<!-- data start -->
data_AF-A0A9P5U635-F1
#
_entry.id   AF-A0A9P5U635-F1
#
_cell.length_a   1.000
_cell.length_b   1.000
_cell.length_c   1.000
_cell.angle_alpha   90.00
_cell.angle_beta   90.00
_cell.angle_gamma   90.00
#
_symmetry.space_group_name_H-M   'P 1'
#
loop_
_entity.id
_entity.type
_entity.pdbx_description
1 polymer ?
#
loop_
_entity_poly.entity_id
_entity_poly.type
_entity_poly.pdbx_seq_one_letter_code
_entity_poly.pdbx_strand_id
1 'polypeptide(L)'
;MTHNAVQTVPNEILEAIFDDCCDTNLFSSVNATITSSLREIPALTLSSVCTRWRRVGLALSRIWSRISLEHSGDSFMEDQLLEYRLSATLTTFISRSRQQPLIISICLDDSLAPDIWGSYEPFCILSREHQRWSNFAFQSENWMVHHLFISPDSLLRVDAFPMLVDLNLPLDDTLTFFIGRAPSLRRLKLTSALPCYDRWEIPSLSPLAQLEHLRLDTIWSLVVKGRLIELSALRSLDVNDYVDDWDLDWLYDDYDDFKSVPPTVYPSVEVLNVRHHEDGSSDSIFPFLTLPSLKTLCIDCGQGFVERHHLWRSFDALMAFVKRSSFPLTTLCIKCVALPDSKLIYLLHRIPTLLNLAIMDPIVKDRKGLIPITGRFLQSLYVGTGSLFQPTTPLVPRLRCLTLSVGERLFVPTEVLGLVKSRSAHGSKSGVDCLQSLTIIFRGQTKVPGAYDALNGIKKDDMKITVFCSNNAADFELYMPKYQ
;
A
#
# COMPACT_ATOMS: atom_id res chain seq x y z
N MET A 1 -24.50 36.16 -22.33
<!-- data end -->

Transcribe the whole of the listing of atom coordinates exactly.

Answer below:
data_AF-A0A9P5U635-F1
#
_entry.id   AF-A0A9P5U635-F1
#
_cell.length_a   1.000
_cell.length_b   1.000
_cell.length_c   1.000
_cell.angle_alpha   90.00
_cell.angle_beta   90.00
_cell.angle_gamma   90.00
#
_symmetry.space_group_name_H-M   'P 1'
#
loop_
_entity.id
_entity.type
_entity.pdbx_description
1 polymer ?
#
loop_
_entity_poly.entity_id
_entity_poly.type
_entity_poly.pdbx_seq_one_letter_code
_entity_poly.pdbx_strand_id
1 'polypeptide(L)'
;MTHNAVQTVPNEILEAIFDDCCDTNLFSSVNATITSSLREIPALTLSSVCTRWRRVGLALSRIWSRISLEHSGDSFMEDQLLEYRLSATLTTFISRSRQQPLIISICLDDSLAPDIWGSYEPFCILSREHQRWSNFAFQSENWMVHHLFISPDSLLRVDAFPMLVDLNLPLDDTLTFFIGRAPSLRRLKLTSALPCYDRWEIPSLSPLAQLEHLRLDTIWSLVVKGRLIELSALRSLDVNDYVDDWDLDWLYDDYDDFKSVPPTVYPSVEVLNVRHHEDGSSDSIFPFLTLPSLKTLCIDCGQGFVERHHLWRSFDALMAFVKRSSFPLTTLCIKCVALPDSKLIYLLHRIPTLLNLAIMDPIVKDRKGLIPITGRFLQSLYVGTGSLFQPTTPLVPRLRCLTLSVGERLFVPTEVLGLVKSRSAHGSKSGVDCLQSLTIIFRGQTKVPGAYDALNGIKKDDMKITVFCSNNAADFELYMPKYQ
;
A
#
# COMPACT_ATOMS: atom_id res chain seq x y z
N MET A 1 -24.50 36.16 -22.33